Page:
Ease your way into a DASH diet lifestyle by using these helpful tips.
Change gradually If you currently only eat one or two servings of fruits and vegetables a day try to add a serving at lunch and one at dinner. Rather than switching to an all or nothing approach to whole grains, start by making one or two of your grain serving’s whole grains. Increasing fruits, vegetables and whole grains gradually can help prevent bloating or diarrhea that may occur if you aren’t used to eating a high-fiber diet. Reward successes and forgive slip-ups Reward yourself with a nonfood treat for your accomplishments such as renting a movie, purchasing a book or getting together with a friend.
Read food labels
If you are diligent about reading food labels you might be surprised when you see how much sodium is in processed food. Even foods that you consider healthy can still contain a substantial amount of sodium. For example canned vegetables and low-fat soups are some foods that you wouldn’t think would be high in sodium.
How much sodium is in salt?
One teaspoon of table salt contains approximately 2300 mg of sodium and a 2/3 teaspoon of salt contains 1500 mg of sodium!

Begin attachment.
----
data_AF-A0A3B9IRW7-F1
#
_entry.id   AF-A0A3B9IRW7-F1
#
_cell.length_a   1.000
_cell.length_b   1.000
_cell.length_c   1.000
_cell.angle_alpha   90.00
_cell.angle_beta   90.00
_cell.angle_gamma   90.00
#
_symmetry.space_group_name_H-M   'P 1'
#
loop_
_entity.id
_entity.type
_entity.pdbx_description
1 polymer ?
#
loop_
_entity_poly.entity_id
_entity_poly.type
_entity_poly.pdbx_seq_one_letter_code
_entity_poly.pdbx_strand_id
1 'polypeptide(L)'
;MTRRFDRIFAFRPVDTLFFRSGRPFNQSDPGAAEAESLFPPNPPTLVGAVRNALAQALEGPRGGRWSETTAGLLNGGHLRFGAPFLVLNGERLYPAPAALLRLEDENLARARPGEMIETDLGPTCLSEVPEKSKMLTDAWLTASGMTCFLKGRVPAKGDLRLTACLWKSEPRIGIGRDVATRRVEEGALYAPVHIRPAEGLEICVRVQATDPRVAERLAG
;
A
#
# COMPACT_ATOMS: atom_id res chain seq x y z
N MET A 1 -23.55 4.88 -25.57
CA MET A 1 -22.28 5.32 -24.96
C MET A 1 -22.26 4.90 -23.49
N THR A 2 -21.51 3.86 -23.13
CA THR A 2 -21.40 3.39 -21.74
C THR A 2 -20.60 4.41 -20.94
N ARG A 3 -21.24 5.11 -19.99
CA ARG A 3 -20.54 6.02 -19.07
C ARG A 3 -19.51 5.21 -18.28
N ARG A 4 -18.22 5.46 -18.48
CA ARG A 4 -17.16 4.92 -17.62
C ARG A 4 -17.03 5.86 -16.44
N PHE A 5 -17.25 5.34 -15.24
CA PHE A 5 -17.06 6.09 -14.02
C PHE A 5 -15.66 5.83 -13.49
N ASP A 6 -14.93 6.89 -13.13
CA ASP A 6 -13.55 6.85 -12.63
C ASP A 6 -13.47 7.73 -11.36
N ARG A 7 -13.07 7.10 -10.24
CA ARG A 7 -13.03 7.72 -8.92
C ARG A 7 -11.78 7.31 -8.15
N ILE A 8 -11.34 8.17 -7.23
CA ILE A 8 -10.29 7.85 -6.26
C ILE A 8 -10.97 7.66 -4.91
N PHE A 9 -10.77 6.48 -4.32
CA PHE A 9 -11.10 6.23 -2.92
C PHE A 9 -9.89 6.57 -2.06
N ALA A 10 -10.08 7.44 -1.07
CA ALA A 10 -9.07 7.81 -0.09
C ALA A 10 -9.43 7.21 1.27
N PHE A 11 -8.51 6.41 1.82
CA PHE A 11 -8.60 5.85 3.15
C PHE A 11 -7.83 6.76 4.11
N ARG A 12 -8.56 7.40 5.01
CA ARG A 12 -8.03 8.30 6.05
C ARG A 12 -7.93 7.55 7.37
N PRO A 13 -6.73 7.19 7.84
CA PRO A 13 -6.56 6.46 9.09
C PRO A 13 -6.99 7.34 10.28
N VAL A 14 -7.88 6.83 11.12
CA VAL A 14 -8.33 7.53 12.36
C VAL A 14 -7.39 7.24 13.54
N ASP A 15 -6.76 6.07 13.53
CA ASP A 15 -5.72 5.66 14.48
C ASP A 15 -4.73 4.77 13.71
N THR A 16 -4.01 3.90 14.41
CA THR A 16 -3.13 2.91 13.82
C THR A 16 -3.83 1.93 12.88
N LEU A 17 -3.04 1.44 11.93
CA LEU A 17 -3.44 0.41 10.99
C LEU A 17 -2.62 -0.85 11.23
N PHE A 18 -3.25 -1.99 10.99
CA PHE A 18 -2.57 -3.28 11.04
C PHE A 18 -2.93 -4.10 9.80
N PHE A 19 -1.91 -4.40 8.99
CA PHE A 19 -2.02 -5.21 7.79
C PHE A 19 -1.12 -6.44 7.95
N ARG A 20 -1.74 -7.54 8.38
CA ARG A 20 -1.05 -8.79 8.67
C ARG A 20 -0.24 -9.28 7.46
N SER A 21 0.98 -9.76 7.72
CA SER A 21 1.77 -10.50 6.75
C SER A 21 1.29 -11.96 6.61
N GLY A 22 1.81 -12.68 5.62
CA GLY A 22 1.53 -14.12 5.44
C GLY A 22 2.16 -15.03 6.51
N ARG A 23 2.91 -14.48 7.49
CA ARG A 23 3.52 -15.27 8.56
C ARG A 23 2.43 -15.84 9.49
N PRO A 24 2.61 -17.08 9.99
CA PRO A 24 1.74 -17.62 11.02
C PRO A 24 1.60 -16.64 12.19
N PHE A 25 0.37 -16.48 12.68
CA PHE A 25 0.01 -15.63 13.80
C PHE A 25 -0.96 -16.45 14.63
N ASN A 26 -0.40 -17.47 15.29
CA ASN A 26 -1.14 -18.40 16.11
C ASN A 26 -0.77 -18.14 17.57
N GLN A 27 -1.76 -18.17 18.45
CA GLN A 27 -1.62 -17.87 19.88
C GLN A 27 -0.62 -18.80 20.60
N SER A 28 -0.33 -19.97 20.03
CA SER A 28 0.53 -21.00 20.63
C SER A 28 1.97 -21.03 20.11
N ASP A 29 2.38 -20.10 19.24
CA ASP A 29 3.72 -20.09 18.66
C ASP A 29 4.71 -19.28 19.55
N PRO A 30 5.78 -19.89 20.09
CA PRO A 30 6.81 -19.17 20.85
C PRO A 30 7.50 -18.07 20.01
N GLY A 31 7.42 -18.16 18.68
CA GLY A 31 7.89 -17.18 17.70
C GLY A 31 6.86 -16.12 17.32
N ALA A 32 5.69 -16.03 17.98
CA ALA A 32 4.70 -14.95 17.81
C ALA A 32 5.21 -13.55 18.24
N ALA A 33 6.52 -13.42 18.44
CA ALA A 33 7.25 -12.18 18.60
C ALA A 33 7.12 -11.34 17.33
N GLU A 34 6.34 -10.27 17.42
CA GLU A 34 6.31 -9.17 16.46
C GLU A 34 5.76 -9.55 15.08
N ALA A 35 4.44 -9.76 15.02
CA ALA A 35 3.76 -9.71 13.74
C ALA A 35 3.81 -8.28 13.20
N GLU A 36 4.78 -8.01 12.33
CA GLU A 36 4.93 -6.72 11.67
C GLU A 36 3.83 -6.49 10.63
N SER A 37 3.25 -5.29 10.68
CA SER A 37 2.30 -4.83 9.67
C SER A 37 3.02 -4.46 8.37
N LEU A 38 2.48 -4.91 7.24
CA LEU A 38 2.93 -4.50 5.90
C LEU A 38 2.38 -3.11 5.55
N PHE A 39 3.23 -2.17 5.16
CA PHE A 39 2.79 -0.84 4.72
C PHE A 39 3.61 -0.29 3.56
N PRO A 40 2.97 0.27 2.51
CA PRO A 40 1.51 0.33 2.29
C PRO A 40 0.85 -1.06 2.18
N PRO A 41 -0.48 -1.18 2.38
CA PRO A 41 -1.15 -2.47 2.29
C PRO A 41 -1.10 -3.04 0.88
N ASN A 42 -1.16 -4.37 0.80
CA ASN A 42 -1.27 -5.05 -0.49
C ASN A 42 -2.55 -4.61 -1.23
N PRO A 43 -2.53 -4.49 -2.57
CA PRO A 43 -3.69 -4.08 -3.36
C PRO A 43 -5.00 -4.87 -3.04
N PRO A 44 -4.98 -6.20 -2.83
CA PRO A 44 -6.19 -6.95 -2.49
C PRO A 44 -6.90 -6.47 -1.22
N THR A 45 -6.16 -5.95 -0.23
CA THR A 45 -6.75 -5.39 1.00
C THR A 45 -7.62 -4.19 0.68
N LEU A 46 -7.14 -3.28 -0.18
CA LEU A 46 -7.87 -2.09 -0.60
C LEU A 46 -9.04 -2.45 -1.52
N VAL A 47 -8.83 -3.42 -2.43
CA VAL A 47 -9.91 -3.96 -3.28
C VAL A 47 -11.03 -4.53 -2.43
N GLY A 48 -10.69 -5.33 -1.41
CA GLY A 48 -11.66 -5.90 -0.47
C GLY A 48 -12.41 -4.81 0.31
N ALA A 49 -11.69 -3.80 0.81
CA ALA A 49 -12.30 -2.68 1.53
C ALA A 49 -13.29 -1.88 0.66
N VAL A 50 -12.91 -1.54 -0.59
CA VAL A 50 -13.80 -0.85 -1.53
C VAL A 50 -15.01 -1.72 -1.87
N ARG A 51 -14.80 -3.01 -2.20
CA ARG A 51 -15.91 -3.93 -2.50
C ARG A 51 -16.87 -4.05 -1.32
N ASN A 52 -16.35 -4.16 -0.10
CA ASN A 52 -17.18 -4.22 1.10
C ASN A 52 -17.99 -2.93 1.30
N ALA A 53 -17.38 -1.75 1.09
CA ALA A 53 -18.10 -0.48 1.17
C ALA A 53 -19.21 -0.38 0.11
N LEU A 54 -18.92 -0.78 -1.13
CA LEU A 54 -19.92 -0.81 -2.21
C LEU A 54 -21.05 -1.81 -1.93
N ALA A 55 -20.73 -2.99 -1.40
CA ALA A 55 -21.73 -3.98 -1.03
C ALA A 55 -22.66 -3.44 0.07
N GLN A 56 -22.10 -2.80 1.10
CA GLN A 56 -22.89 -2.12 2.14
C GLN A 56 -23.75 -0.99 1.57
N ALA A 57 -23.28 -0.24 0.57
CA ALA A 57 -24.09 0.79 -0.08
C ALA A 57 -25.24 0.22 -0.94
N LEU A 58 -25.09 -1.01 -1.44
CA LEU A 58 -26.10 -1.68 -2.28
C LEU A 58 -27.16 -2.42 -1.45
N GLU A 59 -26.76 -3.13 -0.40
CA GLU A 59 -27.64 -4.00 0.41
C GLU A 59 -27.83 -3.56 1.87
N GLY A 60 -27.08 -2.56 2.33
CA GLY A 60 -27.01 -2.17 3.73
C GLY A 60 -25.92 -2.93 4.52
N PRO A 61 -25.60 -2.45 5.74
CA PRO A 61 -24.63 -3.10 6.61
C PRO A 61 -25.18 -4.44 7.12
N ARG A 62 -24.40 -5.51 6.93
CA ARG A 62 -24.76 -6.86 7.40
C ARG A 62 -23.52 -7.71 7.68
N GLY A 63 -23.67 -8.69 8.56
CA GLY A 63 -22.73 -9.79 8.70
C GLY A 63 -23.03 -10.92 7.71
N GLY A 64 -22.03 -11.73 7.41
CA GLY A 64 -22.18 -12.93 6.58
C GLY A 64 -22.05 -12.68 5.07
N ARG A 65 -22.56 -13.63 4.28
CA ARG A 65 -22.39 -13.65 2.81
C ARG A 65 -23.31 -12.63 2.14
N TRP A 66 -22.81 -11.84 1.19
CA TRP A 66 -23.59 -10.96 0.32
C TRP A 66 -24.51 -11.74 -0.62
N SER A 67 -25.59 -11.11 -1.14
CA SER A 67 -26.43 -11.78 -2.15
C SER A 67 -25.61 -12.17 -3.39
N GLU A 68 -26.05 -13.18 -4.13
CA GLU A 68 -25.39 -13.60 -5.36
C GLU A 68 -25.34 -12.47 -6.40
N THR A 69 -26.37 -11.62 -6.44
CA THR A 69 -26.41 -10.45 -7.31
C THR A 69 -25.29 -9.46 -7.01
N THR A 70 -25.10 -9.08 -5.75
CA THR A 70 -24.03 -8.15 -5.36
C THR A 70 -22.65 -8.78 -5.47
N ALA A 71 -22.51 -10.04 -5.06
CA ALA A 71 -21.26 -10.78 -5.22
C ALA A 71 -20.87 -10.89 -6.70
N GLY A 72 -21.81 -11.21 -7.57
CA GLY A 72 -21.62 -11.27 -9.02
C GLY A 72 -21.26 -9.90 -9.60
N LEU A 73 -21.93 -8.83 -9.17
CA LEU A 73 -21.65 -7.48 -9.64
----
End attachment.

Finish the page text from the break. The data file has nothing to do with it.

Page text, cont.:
Adjusting to low sodium foods
If food that you normally consume tastes too bland in the “low-sodium” variety then try making more of a gradual increase to low-sodium foods. Be patient. It can take a few months to get used to low sodium foods.
Consume less sodium
Sodium will make you retain water and it will cause inflammatory responses throughout your body. You need some sodium but not a lot. Set a goal to watch your sodium intake and start paying attention to the information on food labels. Prepackaged foods can contain excessive amounts of sodium. Aim to buy foods that do not have salt added to them.
Be creative and exchange salt with exotic spices when cooking meals. Let salt be your last resort. Go low-fat Choose lower fat methods of preparing your food such as baking, broiling and grilling